He described it at the moment as the "best feeling in the world". But how does Robbie Brady remember that goal now?
It's a weird one. It is a bit of a happy blur. But when I was just about to head the ball, it was almost like I wasn't going to get there. But when I did get there, it was just....it just fried everything in my head. It was a moment that I'll never forget. But afterward, knowing that it was done and we were off to play France...it was amazing.
Afterward, it was just pure joy everywhere. I remember after the game Roy Keane telling me to 'take these memories with you, because they don't come around very often'.
Brady spoke exclusively with Balls.ie to promote the launch of The Big SUBstitution, in which he and Jeff Hendrick are teaming up with Subway and Pepsi Max to surprise customers at a secret Subway location in Ireland, and offering an exclusive training session to one Irish football club.
Frustratingly for Brady, he is among Ireland's growing list of absentees for the critical World Cup qualifier with Wales on Friday: suspended owing to an accumulation of yellow cards in the opening games of qualifying. While he is undeniably disappointed to miss out, it won't mean that he will be sitting idly in the Irish camp ahead of the game:
It's really frustrating [not to be involved]. It's all people have been talking about over the last couple of weeks, and I'm gutted not to be involved. But the lads have a job to do, and I'll be with them in camp throughout the week in the build-up to the game.
I'm not sure I'll be taking a step back, I'm sure I'll be training as I normally am, and if I can help throughout the week in getting the lads ready for the game, then that would be fantastic. Obviously, the friendly after I'm eligible for, and I'm looking forward to getting a green jersey back on in that game, but I'm gutted that it won't be in the big one.
It's disappointment unfamiliar to Brady over the last few months. After months of speculation, Brady finally sealed a Premier League move in January, joining Irish teammates Stephen Ward and Jeff Hendrick at Burnley. Brady played with the latter at underage level with St Kevin's Boys, and now shares two sets of training grounds with Hendrick. Is he sick of him yet?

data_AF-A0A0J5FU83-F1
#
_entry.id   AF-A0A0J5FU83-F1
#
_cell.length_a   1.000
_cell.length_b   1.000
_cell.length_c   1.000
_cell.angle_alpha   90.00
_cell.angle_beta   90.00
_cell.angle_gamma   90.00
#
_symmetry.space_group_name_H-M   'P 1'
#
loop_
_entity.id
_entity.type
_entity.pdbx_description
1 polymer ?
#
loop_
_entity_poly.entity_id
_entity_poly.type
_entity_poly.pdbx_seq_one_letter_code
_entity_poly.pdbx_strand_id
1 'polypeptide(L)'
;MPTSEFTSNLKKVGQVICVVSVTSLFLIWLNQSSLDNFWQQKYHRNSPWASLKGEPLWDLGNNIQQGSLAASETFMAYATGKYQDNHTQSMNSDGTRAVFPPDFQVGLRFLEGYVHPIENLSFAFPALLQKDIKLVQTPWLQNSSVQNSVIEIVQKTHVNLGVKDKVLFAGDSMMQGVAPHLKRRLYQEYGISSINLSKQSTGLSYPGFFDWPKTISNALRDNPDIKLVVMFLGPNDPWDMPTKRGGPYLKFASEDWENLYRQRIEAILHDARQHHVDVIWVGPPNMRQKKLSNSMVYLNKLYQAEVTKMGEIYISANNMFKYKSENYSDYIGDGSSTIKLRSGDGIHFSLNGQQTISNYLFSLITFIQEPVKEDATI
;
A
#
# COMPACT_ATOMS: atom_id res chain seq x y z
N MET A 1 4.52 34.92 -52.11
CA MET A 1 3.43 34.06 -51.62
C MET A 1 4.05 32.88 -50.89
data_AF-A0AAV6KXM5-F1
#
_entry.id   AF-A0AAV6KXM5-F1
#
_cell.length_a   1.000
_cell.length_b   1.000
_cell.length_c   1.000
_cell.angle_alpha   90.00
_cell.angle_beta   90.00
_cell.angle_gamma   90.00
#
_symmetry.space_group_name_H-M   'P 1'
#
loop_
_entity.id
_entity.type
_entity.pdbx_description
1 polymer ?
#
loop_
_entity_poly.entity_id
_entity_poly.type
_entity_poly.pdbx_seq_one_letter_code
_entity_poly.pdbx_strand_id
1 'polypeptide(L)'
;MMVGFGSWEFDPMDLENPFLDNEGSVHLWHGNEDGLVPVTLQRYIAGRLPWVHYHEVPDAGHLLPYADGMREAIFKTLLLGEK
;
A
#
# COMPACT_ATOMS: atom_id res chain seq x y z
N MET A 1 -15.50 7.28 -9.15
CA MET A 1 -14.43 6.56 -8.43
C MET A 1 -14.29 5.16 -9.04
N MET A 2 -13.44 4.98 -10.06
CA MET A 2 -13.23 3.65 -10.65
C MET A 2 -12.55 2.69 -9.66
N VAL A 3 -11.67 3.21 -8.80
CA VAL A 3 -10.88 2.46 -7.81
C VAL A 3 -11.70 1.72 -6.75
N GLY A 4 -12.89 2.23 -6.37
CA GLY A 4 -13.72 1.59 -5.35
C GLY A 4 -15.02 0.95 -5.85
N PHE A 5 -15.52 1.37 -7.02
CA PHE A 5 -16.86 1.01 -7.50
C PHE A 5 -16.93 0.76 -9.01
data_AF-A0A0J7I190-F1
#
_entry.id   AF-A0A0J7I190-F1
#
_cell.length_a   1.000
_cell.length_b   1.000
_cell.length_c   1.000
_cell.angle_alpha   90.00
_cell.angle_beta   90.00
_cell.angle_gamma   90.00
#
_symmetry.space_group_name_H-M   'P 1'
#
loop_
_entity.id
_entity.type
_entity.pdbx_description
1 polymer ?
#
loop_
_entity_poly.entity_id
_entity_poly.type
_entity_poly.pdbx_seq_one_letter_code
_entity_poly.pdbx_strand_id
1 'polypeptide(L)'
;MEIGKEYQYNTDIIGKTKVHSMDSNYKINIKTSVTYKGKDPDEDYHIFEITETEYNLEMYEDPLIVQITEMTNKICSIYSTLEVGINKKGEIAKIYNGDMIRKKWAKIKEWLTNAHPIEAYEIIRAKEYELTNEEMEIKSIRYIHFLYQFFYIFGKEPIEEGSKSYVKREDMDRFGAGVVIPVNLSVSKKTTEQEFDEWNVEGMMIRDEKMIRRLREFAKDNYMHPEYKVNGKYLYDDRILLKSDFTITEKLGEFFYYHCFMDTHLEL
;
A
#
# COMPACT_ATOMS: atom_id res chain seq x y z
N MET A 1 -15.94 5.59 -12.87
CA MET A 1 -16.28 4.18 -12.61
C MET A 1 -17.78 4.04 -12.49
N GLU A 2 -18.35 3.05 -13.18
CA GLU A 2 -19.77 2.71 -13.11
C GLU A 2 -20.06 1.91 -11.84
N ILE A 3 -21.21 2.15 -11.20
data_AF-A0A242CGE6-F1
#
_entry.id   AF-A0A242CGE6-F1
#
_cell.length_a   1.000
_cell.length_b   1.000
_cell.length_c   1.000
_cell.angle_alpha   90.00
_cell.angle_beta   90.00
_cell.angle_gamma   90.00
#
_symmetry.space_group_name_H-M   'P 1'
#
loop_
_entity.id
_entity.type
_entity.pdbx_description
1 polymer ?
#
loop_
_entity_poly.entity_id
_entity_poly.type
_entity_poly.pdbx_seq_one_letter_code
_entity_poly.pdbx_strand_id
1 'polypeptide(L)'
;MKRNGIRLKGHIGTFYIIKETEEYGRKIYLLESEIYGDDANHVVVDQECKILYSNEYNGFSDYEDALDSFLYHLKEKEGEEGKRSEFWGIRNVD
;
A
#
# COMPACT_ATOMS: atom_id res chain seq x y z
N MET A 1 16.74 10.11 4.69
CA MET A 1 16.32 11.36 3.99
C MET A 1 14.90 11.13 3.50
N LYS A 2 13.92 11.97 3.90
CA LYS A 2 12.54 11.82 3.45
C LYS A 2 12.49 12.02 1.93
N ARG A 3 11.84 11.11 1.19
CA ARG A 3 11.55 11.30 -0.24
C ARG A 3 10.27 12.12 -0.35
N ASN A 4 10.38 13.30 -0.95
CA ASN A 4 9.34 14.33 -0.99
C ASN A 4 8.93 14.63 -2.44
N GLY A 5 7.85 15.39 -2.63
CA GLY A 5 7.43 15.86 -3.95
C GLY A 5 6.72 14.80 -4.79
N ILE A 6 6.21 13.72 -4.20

[Laughs] Not at all! It's been a mad journey for the two of us, and we've met back here, which is brilliant. It's good for me to have him and Wardy here to help me bed in. Yeah, that's it, it was the dream [making it this far]. But as we were getting older, at 15, 16, when we were playing underage internationals, I don't think it was a dream anymore. We thought we would get there, and luckily enough the both of us did get there.
Brady agrees that the presence of Ward and Hendrick swayed him toward Burnley, but it was by no means the only factor, with Sean Dyche's intent and eagerness to sign him encouraging Brady greatly, choosing Turf Moor over Leicester and Crystal Palace, whose interest in signing Brady was realistic.
Life at Burnley started spectacularly: an exquisite, curled free-kick in his first start for the club caused Chelsea to drop points for only the sixth time this season, and means that Brady has caused Antonio Conte as much strife as anybody over the last nine months:
I'm not sure if he knows who I am! Obviously, it just happened I've scored two important goals against his teams, but I don't think I'd be one of his main problems!
Brady is now where he expected to be: playing regularly in the Premier League, along with being one of Ireland's most important players (at the recent FAI awards, Brady scooped the gongs for player, young player, and goal of the year). It has taken sacrifice and bravery to get here, however, with Brady going against Alex Ferguson's wishes and leaving Manchester United in 2013 in pursuit of regular football with Hull City, with whom he had been with on loan. Brady believes that his current form has justified that decision:
Yeah, I think so. I felt it was the right time to leave Man United, and I have no regrets over it. I've got to where I want to be, I'm playing regularly in the Premier League and it's worked out great for me.
I think he [Alex Ferguson] wanted me to stay. I'd had a couple of loans out and done well, so he wanted me to stay on a bit longer. In my head, I had been playing league football and branching out on my own, and I was enjoying my football too much to give it up. There wasn't much football on offer at Man United, and I just wanted to play, so off I went.
There's been little stopping him since.
Robbie Brady was speaking to promote the launch of #TheBigSUBstitution with Subway and Pepsi Max.